The 240 Year Old Pendulum Clock That’s More Accurate Than your Watch
It was this crisp reasoning that prompted the designs for Clock A, a super exact pendulum clock, being acknowledged by clockmaker Martin Burgess.
Clock A was commissioned from Burgess in 1975 by the Gurney family, a Norwich banking family. Completed in 1987 (demonstrating you can’t surge great clockmaking) they gave the clock as a blessing to the city of Norwich where it presently ticks cheerfully in a neighborhood retail outlet, the Castle Mall. Burgess had likewise begun another Harrison pendulum clock, Clock B, but not completed it. The parts for the clock accumulated residue on a rack in Burgess’ workshop until 1993.
In 1993, he conveyed a paper at a Harvard horology conference where he discussed the ‘scandalous neglect’ of Harrison’s work in pendulum clock development – and, critically, referenced Clock B. Workmanship history specialist and clock authority Donald Saff read the paper, found him and convinced him to sell him the unassembled and incomplete Clock B. Saff at that point commissioned English clockmaker Charles Frodsham to complete the project.
Once the clock was completed in 2014, it pulled in such a consideration from horologists that chief class footballers would be acquainted with. The began considering the clock in March 2014 and how it worked…
It immediately became evident that Clock B was something exceptional to be sure. McEvoy proceeds, “We took a gander at the behavior of Clock B profoundly, and we found that any changes in its timekeeping were repetitive. All in all, they weren’t a problem because they were completely predictable.” So albeit the clock’s timekeeping shifted by a couple of parts of a second, basically, it leveled itself out.
Finally, to decide if Harrison’s words were surely “…the indications of insanity” as The London Review of English and Foreign Literature proposed, Clock B was fixed in a perspex case in January this year and tested for 100 days.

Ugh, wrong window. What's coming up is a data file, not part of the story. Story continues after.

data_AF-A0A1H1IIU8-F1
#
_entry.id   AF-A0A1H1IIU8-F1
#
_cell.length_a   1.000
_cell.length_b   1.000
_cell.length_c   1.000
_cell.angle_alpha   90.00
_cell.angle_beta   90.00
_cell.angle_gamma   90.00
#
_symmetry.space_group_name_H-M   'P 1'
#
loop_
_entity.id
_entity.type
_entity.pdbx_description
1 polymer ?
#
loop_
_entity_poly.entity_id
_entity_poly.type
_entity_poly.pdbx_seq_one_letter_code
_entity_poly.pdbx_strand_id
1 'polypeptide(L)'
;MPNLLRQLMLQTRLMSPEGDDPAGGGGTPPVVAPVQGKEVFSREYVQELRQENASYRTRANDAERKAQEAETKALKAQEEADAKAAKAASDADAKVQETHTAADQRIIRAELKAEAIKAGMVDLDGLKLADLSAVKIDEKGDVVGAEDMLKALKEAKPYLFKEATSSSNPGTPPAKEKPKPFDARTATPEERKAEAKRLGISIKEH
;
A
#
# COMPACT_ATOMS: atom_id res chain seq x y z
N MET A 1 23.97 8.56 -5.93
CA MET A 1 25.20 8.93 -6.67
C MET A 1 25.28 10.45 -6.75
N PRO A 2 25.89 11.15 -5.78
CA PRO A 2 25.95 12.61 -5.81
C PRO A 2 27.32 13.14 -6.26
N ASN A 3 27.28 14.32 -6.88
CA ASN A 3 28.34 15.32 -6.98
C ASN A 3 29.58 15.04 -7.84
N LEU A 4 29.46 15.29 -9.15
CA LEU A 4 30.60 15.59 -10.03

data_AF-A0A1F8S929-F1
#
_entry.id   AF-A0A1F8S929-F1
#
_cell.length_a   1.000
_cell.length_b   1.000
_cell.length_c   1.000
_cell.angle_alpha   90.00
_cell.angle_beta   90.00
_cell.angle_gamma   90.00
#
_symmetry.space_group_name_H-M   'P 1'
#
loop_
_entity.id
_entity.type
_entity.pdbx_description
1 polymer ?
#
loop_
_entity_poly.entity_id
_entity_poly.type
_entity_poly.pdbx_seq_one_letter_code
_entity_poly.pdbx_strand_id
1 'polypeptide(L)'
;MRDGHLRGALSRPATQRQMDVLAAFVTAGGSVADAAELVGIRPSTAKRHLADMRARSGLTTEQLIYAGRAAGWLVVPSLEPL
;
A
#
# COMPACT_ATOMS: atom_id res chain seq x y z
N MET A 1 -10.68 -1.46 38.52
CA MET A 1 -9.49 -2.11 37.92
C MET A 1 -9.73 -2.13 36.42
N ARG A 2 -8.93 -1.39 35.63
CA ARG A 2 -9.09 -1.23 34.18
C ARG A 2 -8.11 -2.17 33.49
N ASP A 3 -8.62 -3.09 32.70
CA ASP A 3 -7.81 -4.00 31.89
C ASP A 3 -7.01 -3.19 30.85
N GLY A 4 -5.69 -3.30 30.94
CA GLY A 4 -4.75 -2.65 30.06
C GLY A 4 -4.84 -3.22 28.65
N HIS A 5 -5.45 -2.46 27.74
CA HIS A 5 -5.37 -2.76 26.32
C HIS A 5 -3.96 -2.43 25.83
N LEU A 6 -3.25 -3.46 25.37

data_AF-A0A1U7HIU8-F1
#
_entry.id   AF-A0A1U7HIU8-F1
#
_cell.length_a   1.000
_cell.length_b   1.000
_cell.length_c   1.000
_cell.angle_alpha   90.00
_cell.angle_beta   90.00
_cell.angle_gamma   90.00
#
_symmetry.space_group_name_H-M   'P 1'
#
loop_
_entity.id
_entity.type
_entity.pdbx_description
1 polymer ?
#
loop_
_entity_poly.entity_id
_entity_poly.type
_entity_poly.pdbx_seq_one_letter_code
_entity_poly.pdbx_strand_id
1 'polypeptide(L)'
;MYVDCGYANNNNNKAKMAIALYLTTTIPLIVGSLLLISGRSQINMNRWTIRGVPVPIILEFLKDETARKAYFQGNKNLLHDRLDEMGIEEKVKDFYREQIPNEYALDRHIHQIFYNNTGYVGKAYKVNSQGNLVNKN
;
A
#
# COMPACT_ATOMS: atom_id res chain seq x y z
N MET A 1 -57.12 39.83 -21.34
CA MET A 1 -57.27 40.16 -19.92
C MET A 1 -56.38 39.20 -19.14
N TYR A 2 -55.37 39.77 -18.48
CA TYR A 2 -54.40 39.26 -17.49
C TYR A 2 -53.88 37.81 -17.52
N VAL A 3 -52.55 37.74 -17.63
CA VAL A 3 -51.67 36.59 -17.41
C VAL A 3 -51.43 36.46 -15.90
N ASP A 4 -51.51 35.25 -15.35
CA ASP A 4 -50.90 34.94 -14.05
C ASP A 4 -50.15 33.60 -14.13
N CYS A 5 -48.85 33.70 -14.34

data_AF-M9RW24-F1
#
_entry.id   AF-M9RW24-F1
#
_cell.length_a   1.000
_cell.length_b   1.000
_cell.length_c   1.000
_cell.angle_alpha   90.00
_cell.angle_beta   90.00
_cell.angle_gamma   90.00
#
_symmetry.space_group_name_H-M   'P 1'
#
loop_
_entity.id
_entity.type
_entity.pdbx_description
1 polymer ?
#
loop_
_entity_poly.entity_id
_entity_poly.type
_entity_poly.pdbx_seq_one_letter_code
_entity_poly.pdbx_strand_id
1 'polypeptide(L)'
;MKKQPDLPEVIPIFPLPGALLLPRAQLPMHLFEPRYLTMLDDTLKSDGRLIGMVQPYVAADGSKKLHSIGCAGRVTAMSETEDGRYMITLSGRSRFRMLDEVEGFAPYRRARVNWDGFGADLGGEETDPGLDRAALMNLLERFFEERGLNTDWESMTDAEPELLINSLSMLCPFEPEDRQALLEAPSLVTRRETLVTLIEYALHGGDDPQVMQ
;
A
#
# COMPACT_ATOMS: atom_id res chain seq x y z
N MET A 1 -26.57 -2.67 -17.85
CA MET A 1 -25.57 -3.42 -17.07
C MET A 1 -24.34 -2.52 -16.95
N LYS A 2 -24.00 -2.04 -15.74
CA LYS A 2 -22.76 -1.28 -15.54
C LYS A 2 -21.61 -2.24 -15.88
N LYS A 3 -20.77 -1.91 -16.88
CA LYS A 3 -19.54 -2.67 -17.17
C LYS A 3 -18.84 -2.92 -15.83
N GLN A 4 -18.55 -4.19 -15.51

To guarantee there was no horological dabbling, the National Physical Laboratory and Worshipful Company of Clockmakers directed the preliminaries. Toward the beginning, Harrison’s B clock was running a quarter second behind GMT. Following 100 days of running, it was a simple 5/8ths of a second behind.
Guinness World Records have affirmed Clock B as the “most precise mechanical clock with a pendulum swinging in free air.” But that bald portrayal downplays the accomplishments of both Harrison and Burgess. This is a clock that is so exact, its caretaker had the option to quantify the effect of barometric tension on its going. “As the barometer went up, so the clock eased back down with air density,” clarifies Rory McEvoy. ‘When we changed the clock to consider barometric pressing factor, it was 96% precise. On most clocks, you wouldn’t even notification the mistake, not to mention be able to address it. We don’t see such a precision until in any event 150 years after Harrison’s death.”
You’d believe that with pin-sharp exactness like this, Clock B would be a horological diva, pitching timekeeping fits on the off chance that it was halted or begun. But not really, says McEvoy, “Once it’s changed, Clock B is remarkably stable. You can pause and begin it with no problems.”
So for what reason did Harrison do it? For what reason did he persevere until practically the day he kicked the bucket in creating, safeguarding and advancing pendulum clocks? He had a dream that, at some point, each port would have a public pendulum clock, precise to inside parts of a second, for sailors to set their marine chronometers by. This would mean they had the option to ascertain their situation adrift to inside a couple of nautical miles, hence missing reefs, sandbanks and rocks. Harrison understood that precise timekeeping wasn’t simply a hypothesis, it was a lifesaving practice.
So, one year from now, on the 24th of March, raise a glass to Mr Harrison’s 240th commemoration. A remarkable man especially relatively revolutionary. This year, go on an outing to Greenwich and investigate Harrison’s other remarkable marine chronometers – it’s definitely justified even despite the visit.
——— Notes and extras
The hypothesis behind the clock captivated a gathering of horologists, specialists and clockmakers who became The Harrison Research Group (HRG), meeting once every year. As Rory McEvoy, Curator of Horology at Greenwich puts it. “The work of the HRG finished in this commonsense endeavor to demonstrate Harrison’s hypotheses were valid.”
for more on Clock B and John Harrison, check out: Frodsham.com